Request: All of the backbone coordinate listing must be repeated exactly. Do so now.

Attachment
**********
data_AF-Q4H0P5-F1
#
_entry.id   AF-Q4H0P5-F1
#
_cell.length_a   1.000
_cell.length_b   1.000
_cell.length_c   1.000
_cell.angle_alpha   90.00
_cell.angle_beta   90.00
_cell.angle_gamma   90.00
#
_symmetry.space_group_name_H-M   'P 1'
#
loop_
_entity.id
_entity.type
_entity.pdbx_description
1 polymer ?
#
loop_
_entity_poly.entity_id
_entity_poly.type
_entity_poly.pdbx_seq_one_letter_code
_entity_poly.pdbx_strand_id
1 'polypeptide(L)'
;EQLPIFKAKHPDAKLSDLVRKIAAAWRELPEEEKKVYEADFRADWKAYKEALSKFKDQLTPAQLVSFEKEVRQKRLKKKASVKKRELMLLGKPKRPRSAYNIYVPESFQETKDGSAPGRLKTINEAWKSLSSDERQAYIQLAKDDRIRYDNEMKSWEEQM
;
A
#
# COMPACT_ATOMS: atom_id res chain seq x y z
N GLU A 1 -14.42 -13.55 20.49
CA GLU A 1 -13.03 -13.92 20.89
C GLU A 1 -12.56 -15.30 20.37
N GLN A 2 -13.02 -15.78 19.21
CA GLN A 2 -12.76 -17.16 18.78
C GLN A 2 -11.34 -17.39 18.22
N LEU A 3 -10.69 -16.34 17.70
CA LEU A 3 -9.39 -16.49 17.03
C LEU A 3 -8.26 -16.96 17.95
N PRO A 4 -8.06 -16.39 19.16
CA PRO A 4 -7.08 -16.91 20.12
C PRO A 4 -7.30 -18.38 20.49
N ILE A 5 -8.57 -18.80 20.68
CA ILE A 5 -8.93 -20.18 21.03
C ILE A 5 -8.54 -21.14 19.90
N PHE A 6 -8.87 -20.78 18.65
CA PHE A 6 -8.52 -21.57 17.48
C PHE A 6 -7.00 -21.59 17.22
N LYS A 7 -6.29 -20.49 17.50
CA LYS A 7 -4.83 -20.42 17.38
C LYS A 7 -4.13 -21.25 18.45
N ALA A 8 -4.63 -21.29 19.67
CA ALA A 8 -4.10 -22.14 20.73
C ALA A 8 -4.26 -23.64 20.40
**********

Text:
data_AF-Q4H0P5-F1
#
_entry.id   AF-Q4H0P5-F1
#
_cell.length_a   1.000
_cell.length_b   1.000
_cell.length_c   1.000
_cell.angle_alpha   90.00
_cell.angle_beta   90.00
_cell.angle_gamma   90.00
#
_symmetry.space_group_name_H-M   'P 1'
#
loop_
_entity.id
_entity.type
_entity.pdbx_description
1 polymer ?
#
loop_
_entity_poly.entity_id
_entity_poly.type
_entity_poly.pdbx_seq_one_letter_code
_entity_poly.pdbx_strand_id
1 'polypeptide(L)'
;EQLPIFKAKHPDAKLSDLVRKIAAAWRELPEEEKKVYEADFRADWKAYKEALSKFKDQLTPAQLVSFEKEVRQKRLKKKASVKKRELMLLGKPKRPRSAYNIYVPESFQETKDGSAPGRLKTINEAWKSLSSDERQAYIQLAKDDRIRYDNEMKSWEEQM
;
A
#
# COMPACT_ATOMS: atom_id res chain seq x y z
N GLU A 1 -14.42 -13.55 20.49
CA GLU A 1 -13.03 -13.92 20.89
C GLU A 1 -12.56 -15.30 20.37
N GLN A 2 -13.02 -15.78 19.21
CA GLN A 2 -12.76 -17.16 18.78
C GLN A 2 -11.34 -17.39 18.22
N LEU A 3 -10.69 -16.34 17.70
CA LEU A 3 -9.39 -16.49 17.03
C LEU A 3 -8.26 -16.96 17.95
N PRO A 4 -8.06 -16.39 19.16
CA PRO A 4 -7.08 -16.91 20.12
C PRO A 4 -7.30 -18.38 20.49
N ILE A 5 -8.57 -18.80 20.68
CA ILE A 5 -8.93 -20.18 21.03
C ILE A 5 -8.54 -21.14 19.90
N PHE A 6 -8.87 -20.78 18.65
CA PHE A 6 -8.52 -21.57 17.48
C PHE A 6 -7.00 -21.59 17.22
N LYS A 7 -6.29 -20.49 17.50
CA LYS A 7 -4.83 -20.42 17.38
C LYS A 7 -4.13 -21.25 18.45
N ALA A 8 -4.63 -21.29 19.67
CA ALA A 8 -4.10 -22.14 20.73
C ALA A 8 -4.26 -23.64 20.40